Director of National Intelligence James Clapper:
Well, sir, there are many things we do in intelligence that, if revealed, would have the potential for all kinds of blowback.

Rep. Adam Schiff (D-California):
I don’t doubt that. But those are exactly the things that should be reported to the committee because it’s a policy decision ultimately for us to make. Is it worth the risk? Is it worth the risk of that blowback in light of the information that we gather? So I think we have a lot more work to do with you to make sure that we’re getting the information that we need.

Director of National Intelligence James Clapper:
Well, the conduct of intelligence is premised on the notion that we can do it secretly and we don’t count on it being revealed in the newspaper. So that would change the criteria obviously. And if what we embark on in the way of a collection activity because of its potential blowback if revealed publicly, that’s a higher threshold or a lower one, I guess, for providing more notification.

Rep. Adam Schiff (D-California):
Well, I find it very hard to understand why if this information was deemed too sensitive to be shared with the intelligence committee, it was not so sensitive that it wasn’t accessible to a low-level systems analyst like Mr. [Edward] Snowden. That makes no sense to me whatsoever.

Director Alexander, if I could ask you on the metadata program. If you believe that this could be done technologically, that is, move the data to the telecommunications providers, allow them to retain their data and we can get all the information we need when we have a need to get it, why not undertake that now on your own? Why wait for legislation to require it? Why not go to the FISA court order and say we’re going to request instead a program in which we go to the communications providers with a particular number, with a selector, when we have reason to believe it’s connected to a plot? And why not announce to the country “We hear you. We’re making this restructuring. We can get the information we need and we can do so in a way that’s more protective of the privacy concerns that have been raised”?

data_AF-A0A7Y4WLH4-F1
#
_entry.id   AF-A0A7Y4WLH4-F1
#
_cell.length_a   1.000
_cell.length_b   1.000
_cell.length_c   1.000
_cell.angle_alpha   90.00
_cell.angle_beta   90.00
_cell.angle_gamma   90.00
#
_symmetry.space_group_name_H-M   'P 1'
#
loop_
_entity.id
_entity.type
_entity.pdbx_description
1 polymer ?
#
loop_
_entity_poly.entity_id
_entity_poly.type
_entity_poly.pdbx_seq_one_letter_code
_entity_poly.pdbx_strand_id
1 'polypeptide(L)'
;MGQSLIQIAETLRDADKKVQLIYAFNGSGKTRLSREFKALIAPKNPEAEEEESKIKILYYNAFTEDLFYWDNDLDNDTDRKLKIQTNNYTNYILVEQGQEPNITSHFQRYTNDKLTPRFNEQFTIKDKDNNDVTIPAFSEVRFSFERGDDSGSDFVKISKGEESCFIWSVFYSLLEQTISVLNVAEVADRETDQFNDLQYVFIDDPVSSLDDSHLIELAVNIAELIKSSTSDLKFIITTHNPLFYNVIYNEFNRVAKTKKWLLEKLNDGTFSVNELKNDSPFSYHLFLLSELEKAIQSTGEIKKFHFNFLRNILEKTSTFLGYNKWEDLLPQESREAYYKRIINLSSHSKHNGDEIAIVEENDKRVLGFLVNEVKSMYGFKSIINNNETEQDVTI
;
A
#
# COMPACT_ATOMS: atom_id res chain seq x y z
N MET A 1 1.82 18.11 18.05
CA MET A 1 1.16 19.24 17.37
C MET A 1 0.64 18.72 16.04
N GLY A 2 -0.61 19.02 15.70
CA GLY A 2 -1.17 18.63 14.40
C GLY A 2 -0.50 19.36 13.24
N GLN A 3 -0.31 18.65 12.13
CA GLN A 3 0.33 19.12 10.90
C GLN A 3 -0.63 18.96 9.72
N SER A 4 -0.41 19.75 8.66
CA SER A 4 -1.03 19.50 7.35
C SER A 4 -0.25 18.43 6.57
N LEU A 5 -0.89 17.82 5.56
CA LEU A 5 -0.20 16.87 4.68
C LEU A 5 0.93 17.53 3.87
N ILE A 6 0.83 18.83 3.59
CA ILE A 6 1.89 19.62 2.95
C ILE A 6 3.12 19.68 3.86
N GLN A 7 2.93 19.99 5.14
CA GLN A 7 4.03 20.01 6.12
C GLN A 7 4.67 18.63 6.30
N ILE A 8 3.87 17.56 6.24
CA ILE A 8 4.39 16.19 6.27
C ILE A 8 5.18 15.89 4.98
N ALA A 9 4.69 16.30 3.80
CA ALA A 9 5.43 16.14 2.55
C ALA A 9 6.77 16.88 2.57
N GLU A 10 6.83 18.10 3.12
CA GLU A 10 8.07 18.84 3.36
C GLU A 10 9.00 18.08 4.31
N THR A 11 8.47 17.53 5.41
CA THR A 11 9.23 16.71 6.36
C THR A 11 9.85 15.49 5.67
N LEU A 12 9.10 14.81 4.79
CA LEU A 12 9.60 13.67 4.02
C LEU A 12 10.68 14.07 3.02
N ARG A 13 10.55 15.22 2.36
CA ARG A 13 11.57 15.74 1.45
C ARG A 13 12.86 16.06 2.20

NSA Director Gen. Keith Alexander:
So the issue would be…right now, in terms of – we would have to have a change in statute in order for them to keep it, I believe, at the service providers. So that’s where you come in. We couldn’t compel them or get them to keep this data, and the courts could not do that as I understand it.

Deputy Attorney General James Cole:
That would be correct. There’s no statutory requirement for them to keep it for the length of time that we’re looking at. Be it either 3 years or 5 years, we would have to have that as a separate piece of legislation to give us that kind of longevity confidence.